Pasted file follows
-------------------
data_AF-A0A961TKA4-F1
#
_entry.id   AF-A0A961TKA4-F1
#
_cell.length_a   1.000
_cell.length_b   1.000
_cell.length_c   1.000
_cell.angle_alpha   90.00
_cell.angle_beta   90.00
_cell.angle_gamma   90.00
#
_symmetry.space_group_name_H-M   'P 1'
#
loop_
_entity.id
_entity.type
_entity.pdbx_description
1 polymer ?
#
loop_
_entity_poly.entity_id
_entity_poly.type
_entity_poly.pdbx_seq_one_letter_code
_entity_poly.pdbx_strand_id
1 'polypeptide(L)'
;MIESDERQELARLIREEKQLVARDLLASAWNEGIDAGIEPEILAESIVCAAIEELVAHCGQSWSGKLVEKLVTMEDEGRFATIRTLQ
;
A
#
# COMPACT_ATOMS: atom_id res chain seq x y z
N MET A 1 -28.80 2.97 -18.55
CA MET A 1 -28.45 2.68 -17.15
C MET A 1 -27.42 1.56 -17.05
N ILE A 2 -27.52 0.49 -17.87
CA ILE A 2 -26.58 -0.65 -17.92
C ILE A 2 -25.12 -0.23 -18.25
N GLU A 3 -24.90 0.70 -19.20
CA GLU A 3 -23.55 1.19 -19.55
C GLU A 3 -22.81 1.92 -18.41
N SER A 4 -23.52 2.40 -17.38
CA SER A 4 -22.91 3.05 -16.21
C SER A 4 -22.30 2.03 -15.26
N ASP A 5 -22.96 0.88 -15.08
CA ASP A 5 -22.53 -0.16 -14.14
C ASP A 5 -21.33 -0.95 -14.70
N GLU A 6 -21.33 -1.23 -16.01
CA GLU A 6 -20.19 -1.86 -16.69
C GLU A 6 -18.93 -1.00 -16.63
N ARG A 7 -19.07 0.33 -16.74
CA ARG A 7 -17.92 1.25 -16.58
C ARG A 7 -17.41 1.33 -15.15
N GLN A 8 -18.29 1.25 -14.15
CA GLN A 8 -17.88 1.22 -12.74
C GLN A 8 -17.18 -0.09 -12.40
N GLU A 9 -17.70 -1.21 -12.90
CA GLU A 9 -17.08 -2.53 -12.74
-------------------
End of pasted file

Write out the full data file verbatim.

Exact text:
data_AF-A0A961TKA4-F1
#
_entry.id   AF-A0A961TKA4-F1
#
_cell.length_a   1.000
_cell.length_b   1.000
_cell.length_c   1.000
_cell.angle_alpha   90.00
_cell.angle_beta   90.00
_cell.angle_gamma   90.00
#
_symmetry.space_group_name_H-M   'P 1'
#
loop_
_entity.id
_entity.type
_entity.pdbx_description
1 polymer ?
#
loop_
_entity_poly.entity_id
_entity_poly.type
_entity_poly.pdbx_seq_one_letter_code
_entity_poly.pdbx_strand_id
1 'polypeptide(L)'
;MIESDERQELARLIREEKQLVARDLLASAWNEGIDAGIEPEILAESIVCAAIEELVAHCGQSWSGKLVEKLVTMEDEGRFATIRTLQ
;
A
#
# COMPACT_ATOMS: atom_id res chain seq x y z
N MET A 1 -28.80 2.97 -18.55
CA MET A 1 -28.45 2.68 -17.15
C MET A 1 -27.42 1.56 -17.05
N ILE A 2 -27.52 0.49 -17.87
CA ILE A 2 -26.58 -0.65 -17.92
C ILE A 2 -25.12 -0.23 -18.25
N GLU A 3 -24.90 0.70 -19.20
CA GLU A 3 -23.55 1.19 -19.55
C GLU A 3 -22.81 1.92 -18.41
N SER A 4 -23.52 2.40 -17.38
CA SER A 4 -22.91 3.05 -16.21
C SER A 4 -22.30 2.03 -15.26
N ASP A 5 -22.96 0.88 -15.08
CA ASP A 5 -22.53 -0.16 -14.14
C ASP A 5 -21.33 -0.95 -14.70
N GLU A 6 -21.33 -1.23 -16.01
CA GLU A 6 -20.19 -1.86 -16.69
C GLU A 6 -18.93 -1.00 -16.63
N ARG A 7 -19.07 0.33 -16.74
CA ARG A 7 -17.92 1.25 -16.58
C ARG A 7 -17.41 1.33 -15.15
N GLN A 8 -18.29 1.25 -14.15
CA GLN A 8 -17.88 1.22 -12.74
C GLN A 8 -17.18 -0.09 -12.40
N GLU A 9 -17.70 -1.21 -12.90
CA GLU A 9 -17.08 -2.53 -12.74